Today on 3-Minute Theory: How to bring your chord progressions to life!
We’re still in D Dorian, and using the white-note hack, we previously wrote this chord progression: Dm → Am → Em → Gmaj. As you can see, we’ve also previously re-arranged some notes to make the chord changes nice and smooth (for more on these hacks, please watch/read How to Make a Chord Progression Flow Like a Pro). So, we’ve got our common notes in the same place within the chords as they change; everything is looking and sounding good. But, why does this chord progression still feel a bit lifeless? No problem, I’ve got four amazing hacks for you, which are going to bring all your chord progressions to life!
Figure 1: Well-written progression with rearranged notes to make chords flow, but still feels a bit lifeless
Hack 1: Change where the chords change
The first thing I want you to do, is put your MIDI grid into eighth notes (1/8). Now, play around with where the chords come in, because when chords change right on the beat exactly where you expect, it’s dull and boring. So, we’re going to move the Am to make it start earlier, and we’re going to do the same again in the second bar with the Gmaj. This results in the Dm being a bit shorter, the Am a bit longer, the Em a bit shorter, and the Gmaj a bit longer. Listen to how cool this already sounds, at 1:26 in the video/podcast.
Figure 2: The Am and Gmaj chords start earlier
Hack 2: Split some chords
Wherever you have a longer chord, like we do with Am, split it up, just chop that MIDI! This is the virtual equivalent of playing a real piano and hitting the same chord again. In this example, we’re gonna hit that Am three times: one long then two short. This gives us a rhythmic propulsion through those longer chords, which could otherwise be boring. We’ve got another long chord at the end, the Gmaj, so we’re gonna slice that one up too, giving us an extra hit on it. Listen to the huge difference this makes, at 2:07 in the video/podcast.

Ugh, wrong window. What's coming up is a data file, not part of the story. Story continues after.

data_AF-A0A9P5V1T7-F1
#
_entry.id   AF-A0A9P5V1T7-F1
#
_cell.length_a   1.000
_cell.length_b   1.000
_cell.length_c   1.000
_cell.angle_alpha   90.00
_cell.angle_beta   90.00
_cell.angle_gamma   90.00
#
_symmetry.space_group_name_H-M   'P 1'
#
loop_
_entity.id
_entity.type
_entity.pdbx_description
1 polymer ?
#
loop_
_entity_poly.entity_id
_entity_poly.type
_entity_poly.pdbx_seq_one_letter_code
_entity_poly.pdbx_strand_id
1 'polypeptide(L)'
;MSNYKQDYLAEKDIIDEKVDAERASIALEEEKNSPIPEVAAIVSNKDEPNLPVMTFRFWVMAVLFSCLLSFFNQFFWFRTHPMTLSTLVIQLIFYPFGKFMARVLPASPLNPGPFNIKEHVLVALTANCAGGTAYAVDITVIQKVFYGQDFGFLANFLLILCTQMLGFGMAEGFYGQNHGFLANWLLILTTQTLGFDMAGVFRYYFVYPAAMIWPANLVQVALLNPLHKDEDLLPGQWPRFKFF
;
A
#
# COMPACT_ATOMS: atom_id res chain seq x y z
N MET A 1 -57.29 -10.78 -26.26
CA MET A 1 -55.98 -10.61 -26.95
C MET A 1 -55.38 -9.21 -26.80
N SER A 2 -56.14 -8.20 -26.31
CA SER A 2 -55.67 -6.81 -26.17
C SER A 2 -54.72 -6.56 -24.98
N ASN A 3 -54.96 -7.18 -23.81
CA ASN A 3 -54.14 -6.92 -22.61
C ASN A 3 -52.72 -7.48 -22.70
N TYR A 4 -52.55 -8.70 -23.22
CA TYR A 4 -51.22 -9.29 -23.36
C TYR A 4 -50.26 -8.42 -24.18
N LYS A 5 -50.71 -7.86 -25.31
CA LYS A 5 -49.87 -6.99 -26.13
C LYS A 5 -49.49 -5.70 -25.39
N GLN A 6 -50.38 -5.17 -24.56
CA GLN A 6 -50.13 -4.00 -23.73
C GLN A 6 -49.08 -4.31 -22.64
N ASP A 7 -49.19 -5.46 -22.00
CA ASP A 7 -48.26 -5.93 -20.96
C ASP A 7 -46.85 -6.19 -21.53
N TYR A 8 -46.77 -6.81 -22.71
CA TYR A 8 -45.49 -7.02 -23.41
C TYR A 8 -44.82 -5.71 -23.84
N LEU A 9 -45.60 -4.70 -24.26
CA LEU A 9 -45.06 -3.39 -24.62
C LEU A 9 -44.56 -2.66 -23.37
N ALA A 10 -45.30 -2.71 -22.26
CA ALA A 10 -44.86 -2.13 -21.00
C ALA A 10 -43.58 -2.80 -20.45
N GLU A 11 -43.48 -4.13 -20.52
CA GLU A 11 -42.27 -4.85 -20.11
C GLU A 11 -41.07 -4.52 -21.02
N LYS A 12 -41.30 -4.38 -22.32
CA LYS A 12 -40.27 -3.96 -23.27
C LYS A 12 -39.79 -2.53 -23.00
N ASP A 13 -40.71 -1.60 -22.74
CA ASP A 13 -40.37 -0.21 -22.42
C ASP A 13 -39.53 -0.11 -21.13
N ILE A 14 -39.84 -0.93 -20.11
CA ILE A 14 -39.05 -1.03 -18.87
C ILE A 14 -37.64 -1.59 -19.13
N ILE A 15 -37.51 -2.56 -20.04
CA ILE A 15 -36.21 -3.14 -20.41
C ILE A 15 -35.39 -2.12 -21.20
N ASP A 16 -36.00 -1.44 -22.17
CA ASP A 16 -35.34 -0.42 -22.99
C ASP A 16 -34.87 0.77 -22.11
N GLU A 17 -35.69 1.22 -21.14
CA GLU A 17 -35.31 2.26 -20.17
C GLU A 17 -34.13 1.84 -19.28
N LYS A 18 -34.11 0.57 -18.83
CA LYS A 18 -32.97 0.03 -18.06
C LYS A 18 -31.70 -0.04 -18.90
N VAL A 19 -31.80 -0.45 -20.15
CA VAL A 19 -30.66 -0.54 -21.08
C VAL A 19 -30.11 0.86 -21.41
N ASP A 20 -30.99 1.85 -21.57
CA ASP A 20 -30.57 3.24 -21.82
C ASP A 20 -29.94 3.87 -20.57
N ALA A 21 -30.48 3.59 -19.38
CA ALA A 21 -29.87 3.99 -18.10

Figure 3: Longer chords (i.e. Am and Gmaj) split up to give rhythmic propulsion
Hack 3: Create movement where there is none
Now, wherever you have three or more hits on the same chord, rearrange the notes in the middle hit/hits. You can see our Am has three hits, so we can rearrange the notes of that middle hit. Let’s throw the bottom C up an octave. This hack will never affect the change into the chord, or the change out of the chord. All the common notes are still in the same place when the chords change, we’re just having a bit of fun within the longer chord itself. This creates movement where there is no movement, and that’s a really cool hack for injecting life into a longer chord. Listen to how that potentially boring longer chord (i.e. Am) has now been transformed into an awesome feature, at 3:02 in the video/podcast.
Figure 4: Rearranged notes of middle hit in longer chord (i.e. Am)
Hack 4: Add phrasing
The last hack is super quick and easy, we’re just going to add some phrasing. Phrasing is where the music breathes. The obvious place to add a phrase in this example is at the end, so I’m just going to pull in that Gmaj to leave a little space before we loop around to the beginning. The other great trick with phrasing is to put your MIDI grid into sixteenth notes (1/16), which gives you even more interesting options. I’m hearing those two short Am hits being even shorter and super punchy, so I’m going to shorten them both to sixteenth notes. This leaves a couple of rests (AKA musical breaths) in between them, and totally brings that little bit to life. And with that, we’re done, check out the final version at 3:37 in the video/podcast. It’s alive!
Figure 5: Short hits on Am are further shortened, and Gmaj is also shortened to create a rest before looping
If you want to go deeper into writing more advanced chord progressions using the modes, please check out my Hack Music Theory for Songwriting & Producing PDF. Until next time, happy songwriting!
Victoria BC, Canada
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